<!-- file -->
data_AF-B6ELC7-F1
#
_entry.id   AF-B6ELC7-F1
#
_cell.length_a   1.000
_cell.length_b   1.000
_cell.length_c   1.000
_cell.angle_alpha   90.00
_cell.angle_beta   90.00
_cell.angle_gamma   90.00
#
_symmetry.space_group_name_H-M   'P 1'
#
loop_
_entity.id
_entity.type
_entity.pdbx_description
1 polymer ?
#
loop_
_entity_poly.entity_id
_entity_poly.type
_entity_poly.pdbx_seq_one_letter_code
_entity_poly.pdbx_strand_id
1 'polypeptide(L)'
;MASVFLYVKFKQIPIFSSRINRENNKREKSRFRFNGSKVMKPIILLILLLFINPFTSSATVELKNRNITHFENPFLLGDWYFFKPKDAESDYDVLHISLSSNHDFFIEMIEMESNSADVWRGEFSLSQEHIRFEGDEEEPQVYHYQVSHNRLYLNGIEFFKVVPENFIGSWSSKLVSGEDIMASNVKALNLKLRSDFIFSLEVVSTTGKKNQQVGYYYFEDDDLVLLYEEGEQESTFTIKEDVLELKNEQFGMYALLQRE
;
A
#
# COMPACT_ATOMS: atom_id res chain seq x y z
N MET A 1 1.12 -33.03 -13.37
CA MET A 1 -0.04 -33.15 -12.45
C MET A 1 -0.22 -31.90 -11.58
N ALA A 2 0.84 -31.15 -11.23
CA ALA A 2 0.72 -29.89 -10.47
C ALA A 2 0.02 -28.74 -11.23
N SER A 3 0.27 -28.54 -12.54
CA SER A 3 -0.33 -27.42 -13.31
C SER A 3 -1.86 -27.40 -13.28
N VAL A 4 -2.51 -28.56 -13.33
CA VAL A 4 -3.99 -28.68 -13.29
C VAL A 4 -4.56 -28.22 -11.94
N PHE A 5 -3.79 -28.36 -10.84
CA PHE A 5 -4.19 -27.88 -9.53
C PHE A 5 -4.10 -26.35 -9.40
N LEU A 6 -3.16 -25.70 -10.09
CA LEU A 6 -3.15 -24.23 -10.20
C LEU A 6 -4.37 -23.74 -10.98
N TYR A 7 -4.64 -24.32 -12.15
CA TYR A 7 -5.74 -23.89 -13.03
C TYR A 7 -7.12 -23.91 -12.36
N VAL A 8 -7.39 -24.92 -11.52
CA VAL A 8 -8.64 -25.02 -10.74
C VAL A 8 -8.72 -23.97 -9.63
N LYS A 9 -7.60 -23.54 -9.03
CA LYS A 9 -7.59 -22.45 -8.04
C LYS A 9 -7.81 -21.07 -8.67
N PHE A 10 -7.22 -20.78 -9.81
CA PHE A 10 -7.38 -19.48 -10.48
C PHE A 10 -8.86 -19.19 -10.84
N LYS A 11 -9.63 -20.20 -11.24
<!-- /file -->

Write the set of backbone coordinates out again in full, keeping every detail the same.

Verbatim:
data_AF-B6ELC7-F1
#
_entry.id   AF-B6ELC7-F1
#
_cell.length_a   1.000
_cell.length_b   1.000
_cell.length_c   1.000
_cell.angle_alpha   90.00
_cell.angle_beta   90.00
_cell.angle_gamma   90.00
#
_symmetry.space_group_name_H-M   'P 1'
#
loop_
_entity.id
_entity.type
_entity.pdbx_description
1 polymer ?
#
loop_
_entity_poly.entity_id
_entity_poly.type
_entity_poly.pdbx_seq_one_letter_code
_entity_poly.pdbx_strand_id
1 'polypeptide(L)'
;MASVFLYVKFKQIPIFSSRINRENNKREKSRFRFNGSKVMKPIILLILLLFINPFTSSATVELKNRNITHFENPFLLGDWYFFKPKDAESDYDVLHISLSSNHDFFIEMIEMESNSADVWRGEFSLSQEHIRFEGDEEEPQVYHYQVSHNRLYLNGIEFFKVVPENFIGSWSSKLVSGEDIMASNVKALNLKLRSDFIFSLEVVSTTGKKNQQVGYYYFEDDDLVLLYEEGEQESTFTIKEDVLELKNEQFGMYALLQRE
;
A
#
# COMPACT_ATOMS: atom_id res chain seq x y z
N MET A 1 1.12 -33.03 -13.37
CA MET A 1 -0.04 -33.15 -12.45
C MET A 1 -0.22 -31.90 -11.58
N ALA A 2 0.84 -31.15 -11.23
CA ALA A 2 0.72 -29.89 -10.47
C ALA A 2 0.02 -28.74 -11.23
N SER A 3 0.27 -28.54 -12.54
CA SER A 3 -0.33 -27.42 -13.31
C SER A 3 -1.86 -27.40 -13.28
N VAL A 4 -2.51 -28.56 -13.33
CA VAL A 4 -3.99 -28.68 -13.29
C VAL A 4 -4.56 -28.22 -11.94
N PHE A 5 -3.79 -28.36 -10.84
CA PHE A 5 -4.19 -27.88 -9.53
C PHE A 5 -4.10 -26.35 -9.40
N LEU A 6 -3.16 -25.70 -10.09
CA LEU A 6 -3.15 -24.23 -10.20
C LEU A 6 -4.37 -23.74 -10.98
N TYR A 7 -4.64 -24.32 -12.15
CA TYR A 7 -5.74 -23.89 -13.03
C TYR A 7 -7.12 -23.91 -12.36
N VAL A 8 -7.39 -24.92 -11.52
CA VAL A 8 -8.64 -25.02 -10.74
C VAL A 8 -8.72 -23.97 -9.63
N LYS A 9 -7.60 -23.54 -9.03
CA LYS A 9 -7.59 -22.45 -8.04
C LYS A 9 -7.81 -21.07 -8.67
N PHE A 10 -7.22 -20.78 -9.81
CA PHE A 10 -7.38 -19.48 -10.48
C PHE A 10 -8.86 -19.19 -10.84
N LYS A 11 -9.63 -20.20 -11.24